and ergonomic hold regardless of hand size,
whilst retaining the sleek design of tablets.
We decided to launch G-Hold on Kickstarter,
to test the market, and were successful,
and we raised £13,000 and had 700 units pre-ordered.
We now have an opportunity to grow in a far larger market
than food service alone.
But we need to fund that growth.
Please join our mission to change the way the world holds things.
A dual-offering of ergonomic inventions
from Edinburgh-based Alison Grieve.
-Some dummy iPads to play with.
One, a non-slip service tray,
the other an innovative holder for electronic tablets.
Alison wants the dragons to offer up a £75,000 investment
in return for 7.5% of her company.
Oh, wow. Have they all got my face on?
No, mine's got my face on it.
Technology giant Peter Jones
wants to get a handle on the tablet's target market.
I see these types of product every day of my life, actually.
Because I have a site that sells a lot of gadgety-type things.
All over the world, every day, 170 countries.
-I'm trying to think, there must be a specific application
that you'd use this for?
-So, because this isn't really practical -
if you're going to use a pad, if you're going to use...
You want to use both hands.
You wouldn't tend to go like that,
unless you are either working in a restaurant,
where you might want to take their order,
or you might want to show somebody something when you're presenting.
-It's very, very specific. I'm not sure the wider use to this.
See, the biggest growth in tablet sales
-have been for industrial applications.
What do you mean by that?
So, for example, we've been working with RBS.
They've bought a number of units to trial with their customer service,
so that they can engage with customers more readily,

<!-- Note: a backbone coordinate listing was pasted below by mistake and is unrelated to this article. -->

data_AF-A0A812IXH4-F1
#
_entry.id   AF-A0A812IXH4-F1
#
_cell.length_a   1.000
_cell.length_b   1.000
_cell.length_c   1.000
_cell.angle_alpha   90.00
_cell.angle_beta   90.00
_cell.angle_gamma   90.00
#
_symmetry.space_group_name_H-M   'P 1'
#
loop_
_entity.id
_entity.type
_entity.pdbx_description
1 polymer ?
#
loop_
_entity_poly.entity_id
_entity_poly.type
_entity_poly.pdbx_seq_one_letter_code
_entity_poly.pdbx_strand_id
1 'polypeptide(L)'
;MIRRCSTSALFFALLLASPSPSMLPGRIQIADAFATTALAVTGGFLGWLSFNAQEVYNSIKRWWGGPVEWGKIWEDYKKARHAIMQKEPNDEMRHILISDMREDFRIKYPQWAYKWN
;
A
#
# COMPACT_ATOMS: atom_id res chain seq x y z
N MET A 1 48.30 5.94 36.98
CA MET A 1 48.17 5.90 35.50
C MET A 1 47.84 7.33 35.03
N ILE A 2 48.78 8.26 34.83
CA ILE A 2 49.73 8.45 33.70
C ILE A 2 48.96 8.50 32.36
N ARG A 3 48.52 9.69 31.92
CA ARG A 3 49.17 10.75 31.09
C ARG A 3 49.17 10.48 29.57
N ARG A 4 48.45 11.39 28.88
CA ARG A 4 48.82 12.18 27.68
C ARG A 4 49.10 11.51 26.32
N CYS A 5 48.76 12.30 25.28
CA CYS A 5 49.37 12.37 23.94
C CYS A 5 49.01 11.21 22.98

show them the screen, be able to present,
look things up on their tablet without having to hold it awkwardly.
I understand that, that's customer engagement,
but that doesn't necessarily mean that I need to have this ring
-at the back of a pad, does it?
the ergonomic aspect to that
is that people have started to develop "tablet neck"
from looking over their tablets a lot instead of holding them up.
That's a poor argument, really.
Well, it's a proven argument, because there have been
a big increase in musculoskeletal disorders.
If you even think that your product will resolve that issue,
I think that is more than just overselling it.
I think it's a very, very tiny fragment of an opportunity
in terms of its market.
Peter, can I just give some examples of the customers who have used it?
Give me an example, what sector?
A national franchisee, who... It's to do with dieting.
But it's 5,000 units roll-out.
-And what are they going to do with it?
-They're going to be having
their weekly meetings and they're going to present.
You might say that somebody's going to order 5,000 of these from you,
even that doesn't make it a great business.
Well, the Home Shopping Network sold out within...
They didn't, you sold 2,000 units. I mean, that's nothing.
But they've only just started selling.
It doesn't matter. That doesn't matter.
I've got products that will sell 100,000 in an hour.
Alison's feisty defence of her tablet-holder
does little to dent Peter Jones' criticism of her product,
and the size of its market.
Her original invention, the nonslip tray,
has already served up considerable sales.
Retail magnate Touker Suleyman wants the lowdown on its success.
You say you've been going since 2014?
For the G-Hold, yeah, but Safetray started in 2010.
OK, let's talk about that.
So, give us some numbers on that?
Yeah, so, that's two parts to the revenue of Safetray,
one is the sales from our own manufacturing,
which were just over £80,000.
-And then £230,000 through licensing